History of Jazz
History of Jazz
Count Basie and Jazz
"If you play a tune and a person don't tap their feet, don't play the tune." - Count Basie
William "Count" Basie (1904-1984) was a prominent pianist and composer during the swing era in jazz, and, as a bandleader, epitomized a big band style that characterized mid-20th century popular music. Basie's impressive sixty-year career can be compartmentalized into pre- and post-1928, when he was introduced to the big band style that he embraced for the rest of his career. During his lifetime, Count Basie worked with hundreds of musicians, vocalists, and producers in numerous countries, but always stayed true to his taste, his sound. "Play like you play," he famously said, "and whatever you get, that's you, so that's your story" (qtd. in Parker). Today, Basie's legacy is reflected by his many awards and through the extensive discography he recorded with his band and other ensembles.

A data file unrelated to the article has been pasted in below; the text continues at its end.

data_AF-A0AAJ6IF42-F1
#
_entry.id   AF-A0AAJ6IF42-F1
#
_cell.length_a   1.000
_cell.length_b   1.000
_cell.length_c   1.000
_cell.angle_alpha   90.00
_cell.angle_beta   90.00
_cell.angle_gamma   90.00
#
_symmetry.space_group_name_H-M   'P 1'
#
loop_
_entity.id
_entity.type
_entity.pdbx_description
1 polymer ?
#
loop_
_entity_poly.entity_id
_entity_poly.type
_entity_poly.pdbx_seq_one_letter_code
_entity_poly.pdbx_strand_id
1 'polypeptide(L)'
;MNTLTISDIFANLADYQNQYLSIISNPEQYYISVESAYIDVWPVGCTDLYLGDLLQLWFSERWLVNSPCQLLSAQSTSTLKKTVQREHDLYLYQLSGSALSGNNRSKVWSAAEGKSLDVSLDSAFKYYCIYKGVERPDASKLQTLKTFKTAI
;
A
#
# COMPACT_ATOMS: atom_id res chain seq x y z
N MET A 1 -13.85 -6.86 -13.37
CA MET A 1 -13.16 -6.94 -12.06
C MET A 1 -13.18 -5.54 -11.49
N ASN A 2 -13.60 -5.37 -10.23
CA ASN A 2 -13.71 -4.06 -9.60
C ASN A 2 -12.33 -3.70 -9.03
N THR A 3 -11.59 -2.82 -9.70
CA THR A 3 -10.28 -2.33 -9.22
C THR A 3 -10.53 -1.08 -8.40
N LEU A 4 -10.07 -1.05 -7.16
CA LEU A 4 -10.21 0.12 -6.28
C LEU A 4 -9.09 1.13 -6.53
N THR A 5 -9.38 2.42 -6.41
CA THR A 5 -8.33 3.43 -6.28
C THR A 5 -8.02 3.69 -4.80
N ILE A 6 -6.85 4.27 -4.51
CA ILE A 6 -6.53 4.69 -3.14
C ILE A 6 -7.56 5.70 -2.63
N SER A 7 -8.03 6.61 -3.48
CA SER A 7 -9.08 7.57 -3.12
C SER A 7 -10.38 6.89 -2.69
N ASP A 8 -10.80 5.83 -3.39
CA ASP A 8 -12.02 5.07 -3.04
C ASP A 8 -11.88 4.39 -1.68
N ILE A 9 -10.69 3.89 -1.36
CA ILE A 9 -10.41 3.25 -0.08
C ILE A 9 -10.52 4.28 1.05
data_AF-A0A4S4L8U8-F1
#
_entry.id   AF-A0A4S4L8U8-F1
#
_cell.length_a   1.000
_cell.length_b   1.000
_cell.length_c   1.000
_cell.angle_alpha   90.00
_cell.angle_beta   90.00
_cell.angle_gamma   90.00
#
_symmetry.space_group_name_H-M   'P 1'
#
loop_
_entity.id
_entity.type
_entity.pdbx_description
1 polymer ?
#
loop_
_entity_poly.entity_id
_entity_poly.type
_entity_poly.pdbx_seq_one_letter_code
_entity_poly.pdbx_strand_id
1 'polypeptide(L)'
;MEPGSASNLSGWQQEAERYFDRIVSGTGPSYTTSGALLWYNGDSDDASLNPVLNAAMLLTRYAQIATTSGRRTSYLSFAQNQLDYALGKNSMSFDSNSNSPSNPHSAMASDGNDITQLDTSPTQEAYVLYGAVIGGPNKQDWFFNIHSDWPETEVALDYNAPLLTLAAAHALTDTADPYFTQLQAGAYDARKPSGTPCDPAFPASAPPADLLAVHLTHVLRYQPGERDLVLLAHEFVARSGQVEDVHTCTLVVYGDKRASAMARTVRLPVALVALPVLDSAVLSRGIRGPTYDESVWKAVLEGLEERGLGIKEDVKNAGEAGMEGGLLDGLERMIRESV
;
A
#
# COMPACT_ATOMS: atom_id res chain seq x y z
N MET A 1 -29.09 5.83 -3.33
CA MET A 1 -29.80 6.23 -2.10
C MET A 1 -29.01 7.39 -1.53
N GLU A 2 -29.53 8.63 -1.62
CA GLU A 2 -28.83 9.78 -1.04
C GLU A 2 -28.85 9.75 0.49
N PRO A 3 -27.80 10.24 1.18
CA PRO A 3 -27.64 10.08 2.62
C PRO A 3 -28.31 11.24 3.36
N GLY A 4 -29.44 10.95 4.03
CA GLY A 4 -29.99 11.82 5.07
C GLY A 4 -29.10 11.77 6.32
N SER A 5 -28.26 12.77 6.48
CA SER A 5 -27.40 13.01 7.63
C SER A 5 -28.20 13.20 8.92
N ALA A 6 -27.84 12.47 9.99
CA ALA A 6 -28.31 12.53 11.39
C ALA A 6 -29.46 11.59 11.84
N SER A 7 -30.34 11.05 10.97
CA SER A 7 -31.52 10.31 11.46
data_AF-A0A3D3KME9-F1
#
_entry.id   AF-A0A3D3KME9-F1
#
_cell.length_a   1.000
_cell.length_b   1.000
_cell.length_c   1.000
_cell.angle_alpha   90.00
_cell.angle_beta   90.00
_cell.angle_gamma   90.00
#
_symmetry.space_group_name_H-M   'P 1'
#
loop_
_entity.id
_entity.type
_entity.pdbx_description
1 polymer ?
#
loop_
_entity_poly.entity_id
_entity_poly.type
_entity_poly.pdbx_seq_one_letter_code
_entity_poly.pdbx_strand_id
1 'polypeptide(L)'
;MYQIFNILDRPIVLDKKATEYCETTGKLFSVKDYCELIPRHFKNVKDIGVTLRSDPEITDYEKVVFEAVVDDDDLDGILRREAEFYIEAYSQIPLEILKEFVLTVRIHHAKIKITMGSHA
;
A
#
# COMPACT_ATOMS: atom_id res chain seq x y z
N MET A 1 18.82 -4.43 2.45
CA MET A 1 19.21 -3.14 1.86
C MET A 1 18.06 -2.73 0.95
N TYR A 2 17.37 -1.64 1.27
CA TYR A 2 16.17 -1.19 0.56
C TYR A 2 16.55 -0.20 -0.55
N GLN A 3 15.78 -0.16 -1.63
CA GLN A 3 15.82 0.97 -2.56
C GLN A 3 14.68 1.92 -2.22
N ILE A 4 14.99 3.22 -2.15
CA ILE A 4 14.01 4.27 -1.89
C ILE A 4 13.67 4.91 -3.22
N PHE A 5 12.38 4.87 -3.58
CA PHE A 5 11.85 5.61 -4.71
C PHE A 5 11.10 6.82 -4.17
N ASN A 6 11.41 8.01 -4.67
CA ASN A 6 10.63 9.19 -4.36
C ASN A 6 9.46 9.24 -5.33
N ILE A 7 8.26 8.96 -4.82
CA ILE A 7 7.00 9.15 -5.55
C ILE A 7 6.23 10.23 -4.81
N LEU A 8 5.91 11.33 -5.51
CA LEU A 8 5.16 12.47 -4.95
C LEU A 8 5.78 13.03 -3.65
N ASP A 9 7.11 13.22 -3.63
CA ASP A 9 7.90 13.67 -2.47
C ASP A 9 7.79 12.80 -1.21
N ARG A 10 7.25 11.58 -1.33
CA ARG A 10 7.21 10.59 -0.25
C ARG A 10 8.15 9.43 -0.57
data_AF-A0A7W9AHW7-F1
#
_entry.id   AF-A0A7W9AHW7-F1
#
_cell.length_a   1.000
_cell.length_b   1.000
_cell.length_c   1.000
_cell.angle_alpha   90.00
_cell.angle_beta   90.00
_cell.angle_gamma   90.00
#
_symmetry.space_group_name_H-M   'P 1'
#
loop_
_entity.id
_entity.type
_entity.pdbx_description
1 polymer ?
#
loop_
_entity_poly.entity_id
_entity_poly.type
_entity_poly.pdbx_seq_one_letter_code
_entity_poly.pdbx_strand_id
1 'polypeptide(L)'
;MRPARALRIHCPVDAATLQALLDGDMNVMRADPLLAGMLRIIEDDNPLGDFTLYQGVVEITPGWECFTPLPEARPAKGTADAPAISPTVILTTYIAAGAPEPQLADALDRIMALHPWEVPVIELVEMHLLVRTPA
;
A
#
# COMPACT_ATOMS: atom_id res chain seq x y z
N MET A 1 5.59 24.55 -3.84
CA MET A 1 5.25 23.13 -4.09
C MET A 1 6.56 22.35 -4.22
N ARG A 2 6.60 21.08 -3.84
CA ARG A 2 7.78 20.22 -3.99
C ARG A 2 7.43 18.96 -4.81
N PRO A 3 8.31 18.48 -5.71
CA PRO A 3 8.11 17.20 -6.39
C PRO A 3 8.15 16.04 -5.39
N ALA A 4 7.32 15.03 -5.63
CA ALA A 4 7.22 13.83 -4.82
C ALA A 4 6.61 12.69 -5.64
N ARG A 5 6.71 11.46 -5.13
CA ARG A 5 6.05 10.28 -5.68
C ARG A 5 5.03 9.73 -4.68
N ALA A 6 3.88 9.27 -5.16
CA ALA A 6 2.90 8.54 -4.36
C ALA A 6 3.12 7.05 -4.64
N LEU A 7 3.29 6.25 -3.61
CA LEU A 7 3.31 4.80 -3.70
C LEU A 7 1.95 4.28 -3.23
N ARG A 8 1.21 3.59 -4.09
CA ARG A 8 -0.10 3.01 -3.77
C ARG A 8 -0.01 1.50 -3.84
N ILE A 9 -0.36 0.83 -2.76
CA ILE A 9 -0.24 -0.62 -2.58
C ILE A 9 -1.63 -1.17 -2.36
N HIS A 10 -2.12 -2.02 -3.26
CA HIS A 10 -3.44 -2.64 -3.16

Born in Red Bank, New Jersey to Harvey Lee and Lillian Basie, William James Basie began piano lessons with his mother at a young age. Although he did complete junior high school, Basie was ever a big fan of school, and instead wanted "to be big, to be in show business, and to travel" (Basie 19). He moved to Harlem, New York - a jazz hotspot - around 1920, where he met James P. Johnson, a Harlem stride pianist, and Fats Waller a pipe organist at the Lincoln Theater; in his autobiography, Basie sites Fats Waller as his most important musical influence (Basie 46). Basie toured with several vaudeville circuits before the age of 20, and these experiences offered him a valuable early training as a pianist and music director, in addition to exposure to great jazz artists...